FINALLY – the Truth about Plastics & the Environment

By Dr. Chris DeArmitt FRSC

World-class plastic materials scientist

Ocean Plastic:

Patches or Gyres

Ocean plastic is drawing huge amounts of international attention. We have all been told about the huge floating islands of plastics the size of countries. Here is one example –

“…the Great Pacific Garbage Patch in the North Pacific Ocean is less like a patch and more like a massive swirling vortex more than three times the size of Spain and more than twice the size of Turkey or Texas.”

This conjures up a powerful image and rallies the public to action. I was therefore surprised to read what the National Ocean Service (NOAA) had to say.

“A lot of people hear the word patch and they immediately think of almost like a blanket of trash that can easily be scooped up, but actually these areas are always moving and changing with the currents, and it’s mostly these tiny plastics that you can’t immediately see with the naked eye.”
– Dianna Parker

So, apparently, there are no floating islands, instead there are areas that contain tiny pieces of plastic. Dianna Parker was then asked about the “plastic soup” and this is what she had to say:
“These are tiny plastics that you might not even see if you sailed through the middle of the garbage patch, they’re so small and mixed throughout the water column.”
That was news to me. She is saying that there is so little plastic in the so-called patches that you can’t even tell they are there. So I went looking for peer-reviewed scientific studies to find out just how much plastic there really is. I found a study giving an overview of several studies covering all the patches. It turns out that scientists have been studying these areas for decades and millions of measurements have been made. What do the scientists report about the concentration of plastic fragments?
The scientists show that the average amount of plastic in the oceans overall is around 10g per square kilometer. That’s about 1 ounce of plastic per square mile of ocean. I was surprised at how little that was.
Clearly, we don’t want litter of any kind in our oceans but the amount seemed remarkably low compared to what I expected from media coverage. The data showed that there is far more plastic in the patches, but how much more? Looking at all the studies, the worst areas contain 500g of plastic per square kilometer of ocean on average and at most around 1000g per square kilometer. That’s about 2-4lb per square mile of ocean. It’s hard to imagine a square kilometer, so let’s pick an area we can relate to. An Olympic swimming pool measures 50m x 25m which is 0.00125 square kilometers in surface area. That means that if we were to drop a 5g plastic die from a board game into an Olympic pool, that would be more plastic than we find in the same amount of ocean.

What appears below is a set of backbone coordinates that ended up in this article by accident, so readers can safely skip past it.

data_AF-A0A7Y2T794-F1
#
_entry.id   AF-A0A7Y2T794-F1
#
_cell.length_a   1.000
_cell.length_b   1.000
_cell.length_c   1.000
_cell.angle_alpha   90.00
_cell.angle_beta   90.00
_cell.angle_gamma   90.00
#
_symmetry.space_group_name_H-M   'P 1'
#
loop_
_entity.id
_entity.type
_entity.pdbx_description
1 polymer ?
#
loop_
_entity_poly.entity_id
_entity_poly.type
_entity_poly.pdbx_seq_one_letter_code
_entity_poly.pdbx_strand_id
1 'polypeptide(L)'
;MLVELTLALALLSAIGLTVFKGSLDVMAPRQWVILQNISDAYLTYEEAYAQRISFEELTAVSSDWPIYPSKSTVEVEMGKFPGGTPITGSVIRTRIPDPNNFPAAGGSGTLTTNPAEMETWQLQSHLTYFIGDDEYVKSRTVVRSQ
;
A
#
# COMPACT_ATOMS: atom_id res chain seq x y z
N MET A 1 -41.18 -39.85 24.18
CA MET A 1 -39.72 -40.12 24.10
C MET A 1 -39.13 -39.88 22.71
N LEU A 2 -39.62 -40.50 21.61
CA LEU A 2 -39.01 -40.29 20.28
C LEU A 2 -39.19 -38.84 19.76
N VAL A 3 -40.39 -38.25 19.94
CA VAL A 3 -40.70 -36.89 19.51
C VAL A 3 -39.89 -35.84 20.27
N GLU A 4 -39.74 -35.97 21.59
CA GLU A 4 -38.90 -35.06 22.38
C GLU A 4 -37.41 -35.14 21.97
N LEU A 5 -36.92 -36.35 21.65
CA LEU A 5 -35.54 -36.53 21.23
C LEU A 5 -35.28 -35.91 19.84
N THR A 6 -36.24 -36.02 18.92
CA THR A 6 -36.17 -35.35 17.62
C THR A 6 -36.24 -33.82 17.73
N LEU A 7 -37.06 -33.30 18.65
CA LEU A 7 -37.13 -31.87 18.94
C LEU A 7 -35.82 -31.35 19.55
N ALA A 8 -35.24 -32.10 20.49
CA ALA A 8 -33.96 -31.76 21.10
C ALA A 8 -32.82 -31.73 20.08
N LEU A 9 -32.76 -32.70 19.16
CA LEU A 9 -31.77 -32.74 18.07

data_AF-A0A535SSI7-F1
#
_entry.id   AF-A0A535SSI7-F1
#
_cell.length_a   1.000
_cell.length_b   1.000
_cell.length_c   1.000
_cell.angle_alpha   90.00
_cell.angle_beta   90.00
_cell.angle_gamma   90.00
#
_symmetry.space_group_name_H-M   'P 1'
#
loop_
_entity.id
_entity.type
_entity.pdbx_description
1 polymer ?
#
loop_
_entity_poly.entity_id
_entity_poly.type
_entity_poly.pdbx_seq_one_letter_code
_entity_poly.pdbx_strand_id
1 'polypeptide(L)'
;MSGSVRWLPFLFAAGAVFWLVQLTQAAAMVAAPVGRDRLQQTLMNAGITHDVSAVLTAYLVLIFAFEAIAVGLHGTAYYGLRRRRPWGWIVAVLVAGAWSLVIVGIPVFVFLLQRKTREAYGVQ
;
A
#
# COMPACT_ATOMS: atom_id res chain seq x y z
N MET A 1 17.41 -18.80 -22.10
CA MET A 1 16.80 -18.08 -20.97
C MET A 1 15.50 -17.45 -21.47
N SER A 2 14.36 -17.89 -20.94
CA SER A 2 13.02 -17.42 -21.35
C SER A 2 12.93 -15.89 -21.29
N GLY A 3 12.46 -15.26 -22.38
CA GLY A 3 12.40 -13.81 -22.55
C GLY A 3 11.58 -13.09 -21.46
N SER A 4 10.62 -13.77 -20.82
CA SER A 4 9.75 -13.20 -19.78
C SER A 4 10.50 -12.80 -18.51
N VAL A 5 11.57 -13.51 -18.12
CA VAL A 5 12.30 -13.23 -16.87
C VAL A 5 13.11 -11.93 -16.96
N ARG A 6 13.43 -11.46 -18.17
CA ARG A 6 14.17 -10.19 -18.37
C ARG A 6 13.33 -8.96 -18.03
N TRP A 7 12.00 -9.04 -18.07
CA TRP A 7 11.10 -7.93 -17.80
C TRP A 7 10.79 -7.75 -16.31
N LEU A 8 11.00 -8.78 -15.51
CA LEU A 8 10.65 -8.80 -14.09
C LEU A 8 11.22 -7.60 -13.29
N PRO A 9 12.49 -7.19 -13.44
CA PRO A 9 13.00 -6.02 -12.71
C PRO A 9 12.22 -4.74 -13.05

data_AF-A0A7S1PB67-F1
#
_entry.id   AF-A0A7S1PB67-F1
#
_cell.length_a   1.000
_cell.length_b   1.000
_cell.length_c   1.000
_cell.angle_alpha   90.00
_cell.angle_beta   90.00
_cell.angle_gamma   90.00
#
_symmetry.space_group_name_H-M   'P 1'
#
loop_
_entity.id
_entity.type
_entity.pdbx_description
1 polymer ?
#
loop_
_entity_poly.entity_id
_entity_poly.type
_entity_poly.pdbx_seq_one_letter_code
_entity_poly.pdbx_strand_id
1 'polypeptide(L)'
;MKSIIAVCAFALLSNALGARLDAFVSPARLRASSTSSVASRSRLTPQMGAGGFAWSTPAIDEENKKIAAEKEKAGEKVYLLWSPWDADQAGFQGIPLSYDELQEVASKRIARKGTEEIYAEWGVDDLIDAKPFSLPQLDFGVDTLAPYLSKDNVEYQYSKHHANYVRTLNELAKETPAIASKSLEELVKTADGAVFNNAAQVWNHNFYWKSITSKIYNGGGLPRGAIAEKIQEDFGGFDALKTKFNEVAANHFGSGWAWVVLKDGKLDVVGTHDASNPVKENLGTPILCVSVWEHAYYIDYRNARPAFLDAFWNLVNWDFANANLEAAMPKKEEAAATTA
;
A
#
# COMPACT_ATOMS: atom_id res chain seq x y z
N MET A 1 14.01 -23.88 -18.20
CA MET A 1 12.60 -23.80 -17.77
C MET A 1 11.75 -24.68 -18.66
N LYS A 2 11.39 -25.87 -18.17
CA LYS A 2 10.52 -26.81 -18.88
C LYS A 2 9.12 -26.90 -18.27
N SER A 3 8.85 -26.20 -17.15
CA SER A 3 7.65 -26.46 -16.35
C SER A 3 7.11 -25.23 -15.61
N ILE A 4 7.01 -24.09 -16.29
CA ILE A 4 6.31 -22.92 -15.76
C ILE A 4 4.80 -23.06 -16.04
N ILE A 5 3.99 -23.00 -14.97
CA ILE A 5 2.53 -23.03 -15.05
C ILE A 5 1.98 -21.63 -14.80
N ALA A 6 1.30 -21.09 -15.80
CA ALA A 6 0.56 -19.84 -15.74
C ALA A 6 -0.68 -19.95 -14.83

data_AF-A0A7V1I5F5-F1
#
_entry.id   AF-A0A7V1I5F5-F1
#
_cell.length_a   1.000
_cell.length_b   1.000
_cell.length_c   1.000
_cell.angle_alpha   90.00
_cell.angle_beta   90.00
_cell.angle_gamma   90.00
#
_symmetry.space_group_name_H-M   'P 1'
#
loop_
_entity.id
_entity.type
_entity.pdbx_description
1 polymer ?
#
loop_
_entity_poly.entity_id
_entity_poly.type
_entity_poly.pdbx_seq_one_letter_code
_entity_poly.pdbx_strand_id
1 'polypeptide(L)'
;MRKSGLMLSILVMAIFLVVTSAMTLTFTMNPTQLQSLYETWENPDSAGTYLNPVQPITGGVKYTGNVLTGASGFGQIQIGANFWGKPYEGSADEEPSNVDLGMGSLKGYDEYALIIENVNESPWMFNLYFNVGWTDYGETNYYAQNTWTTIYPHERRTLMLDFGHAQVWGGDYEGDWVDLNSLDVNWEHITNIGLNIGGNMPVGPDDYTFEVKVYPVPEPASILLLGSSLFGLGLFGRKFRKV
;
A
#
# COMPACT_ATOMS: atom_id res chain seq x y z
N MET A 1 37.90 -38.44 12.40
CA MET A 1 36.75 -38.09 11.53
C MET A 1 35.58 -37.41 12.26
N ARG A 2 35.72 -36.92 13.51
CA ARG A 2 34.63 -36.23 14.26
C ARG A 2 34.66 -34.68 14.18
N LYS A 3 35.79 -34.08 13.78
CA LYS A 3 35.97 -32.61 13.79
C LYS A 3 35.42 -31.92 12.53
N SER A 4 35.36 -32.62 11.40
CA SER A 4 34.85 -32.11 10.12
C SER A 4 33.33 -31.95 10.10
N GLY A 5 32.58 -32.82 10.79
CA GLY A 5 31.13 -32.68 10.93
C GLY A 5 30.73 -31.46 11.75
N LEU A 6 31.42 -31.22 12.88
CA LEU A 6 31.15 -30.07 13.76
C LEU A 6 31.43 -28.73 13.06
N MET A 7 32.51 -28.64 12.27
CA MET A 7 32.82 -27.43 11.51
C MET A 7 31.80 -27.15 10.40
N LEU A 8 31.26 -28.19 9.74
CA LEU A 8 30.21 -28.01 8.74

Let me restate that, the worst areas of ocean “patches” contain less plastic than 5g per Olympic pool of water.
The ocean patches are often referred to as a plastic soup. If it is a soup, then it’s the weakest soup I’ve ever heard of. If you were to pour a bathtub of this “soup” it would not contain one single piece of plastic. That’s not a soup, that’s just water! On average they found just 1 piece of plastic per 130 bathtubs of water and at most 1 small plastic fragment per 3 bathtubs of water.
Let us hear what the scientists had to say when reviewing the actual data from their measurements:
“The discovery of large-scale accumulations of marine debris has attracted worldwide attention in the media, which often refer to these areas as “great garbage patches”. However, these marine plastic accumulations are inaccurately illustrated in some media reports.”
Note that these scientists are not alone. Other studies show the same amount of plastic in the gyres. We are also told that the ocean plastic is accumulating at an every increasing pace. Is that true? Scientists have been tracking the trends for several decades. This is what they have to say:
“A study of plastic microdebris in waters from the British Isles to Iceland (5) revealed a statistically significant increase in plastic abundance from the 1960s and 1970s to the 1980s and 1990s. However, similar to this study, no significant increase was observed between the later decades despite a large increase in plastic production and disposal.”
So, contrary to what we have been told, there is no upward trend. The evidence exposes yet another lie.
I would agree that we should take care of our oceans but we should start with facts so that we can make wise decisions. It seems to me that certain groups, claiming to be environmentalists, are more interested into scaring us into opening our wallets than they are in protecting the environment.
If we are to really protect the planet for future generations we need to check the science and focus on the topics that make most difference. I spent some time checking to see what pollution there is in our oceans and was dismayed to find that millions of tons of munitions were dumped there including chemical weapons and nerve gas. Why is no-one talking about that? Perhaps the fake environmentalists don’t feel there’s money to be made from it.
If you want to be a force for good then please spend time to check the evidence before you act because that is the only path to progress. Recently, I read about 500 scientific articles about plastic waste, litter, ocean gyres, microplastics and more, so that we can start making wise decisions. That resulted in The Plastics Paradox: Facts for a Brighter Future.

The Plastics Paradox is Out Now!

Got a question? Let me know…